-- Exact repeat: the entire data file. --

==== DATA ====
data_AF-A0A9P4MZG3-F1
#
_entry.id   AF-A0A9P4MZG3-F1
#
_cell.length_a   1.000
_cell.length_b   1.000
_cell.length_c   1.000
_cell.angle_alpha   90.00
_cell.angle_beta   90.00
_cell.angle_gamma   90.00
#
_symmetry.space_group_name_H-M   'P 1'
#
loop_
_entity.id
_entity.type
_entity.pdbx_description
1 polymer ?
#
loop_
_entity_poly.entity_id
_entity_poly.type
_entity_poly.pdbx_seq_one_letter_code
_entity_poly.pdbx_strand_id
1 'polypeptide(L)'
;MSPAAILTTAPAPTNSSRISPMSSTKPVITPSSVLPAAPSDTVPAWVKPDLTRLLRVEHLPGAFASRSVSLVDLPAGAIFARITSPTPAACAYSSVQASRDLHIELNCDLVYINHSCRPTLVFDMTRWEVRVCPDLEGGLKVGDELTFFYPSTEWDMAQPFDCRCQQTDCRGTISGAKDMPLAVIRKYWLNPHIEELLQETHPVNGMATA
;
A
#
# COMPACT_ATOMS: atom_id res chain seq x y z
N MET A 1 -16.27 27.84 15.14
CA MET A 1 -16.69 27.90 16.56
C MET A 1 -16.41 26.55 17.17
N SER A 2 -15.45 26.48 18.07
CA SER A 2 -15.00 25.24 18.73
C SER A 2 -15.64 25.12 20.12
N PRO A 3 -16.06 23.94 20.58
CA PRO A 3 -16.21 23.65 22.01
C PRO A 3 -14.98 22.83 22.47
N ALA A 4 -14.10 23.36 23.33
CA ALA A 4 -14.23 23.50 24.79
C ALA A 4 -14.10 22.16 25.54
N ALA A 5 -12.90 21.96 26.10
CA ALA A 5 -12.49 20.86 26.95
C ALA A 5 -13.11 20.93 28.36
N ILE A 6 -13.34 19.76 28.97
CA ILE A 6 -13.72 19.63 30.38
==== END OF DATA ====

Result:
data_AF-A0A9P4MZG3-F1
#
_entry.id   AF-A0A9P4MZG3-F1
#
_cell.length_a   1.000
_cell.length_b   1.000
_cell.length_c   1.000
_cell.angle_alpha   90.00
_cell.angle_beta   90.00
_cell.angle_gamma   90.00
#
_symmetry.space_group_name_H-M   'P 1'
#
loop_
_entity.id
_entity.type
_entity.pdbx_description
1 polymer ?
#
loop_
_entity_poly.entity_id
_entity_poly.type
_entity_poly.pdbx_seq_one_letter_code
_entity_poly.pdbx_strand_id
1 'polypeptide(L)'
;MSPAAILTTAPAPTNSSRISPMSSTKPVITPSSVLPAAPSDTVPAWVKPDLTRLLRVEHLPGAFASRSVSLVDLPAGAIFARITSPTPAACAYSSVQASRDLHIELNCDLVYINHSCRPTLVFDMTRWEVRVCPDLEGGLKVGDELTFFYPSTEWDMAQPFDCRCQQTDCRGTISGAKDMPLAVIRKYWLNPHIEELLQETHPVNGMATA
;
A
#
# COMPACT_ATOMS: atom_id res chain seq x y z
N MET A 1 -16.27 27.84 15.14
CA MET A 1 -16.69 27.90 16.56
C MET A 1 -16.41 26.55 17.17
N SER A 2 -15.45 26.48 18.07
CA SER A 2 -15.00 25.24 18.73
C SER A 2 -15.64 25.12 20.12
N PRO A 3 -16.06 23.94 20.58
CA PRO A 3 -16.21 23.65 22.01
C PRO A 3 -14.98 22.83 22.47
N ALA A 4 -14.10 23.36 23.33
CA ALA A 4 -14.23 23.50 24.79
C ALA A 4 -14.10 22.16 25.54
N ALA A 5 -12.90 21.96 26.10
CA ALA A 5 -12.49 20.86 26.95
C ALA A 5 -13.11 20.93 28.36
N ILE A 6 -13.34 19.76 28.97
CA ILE A 6 -13.72 19.63 30.38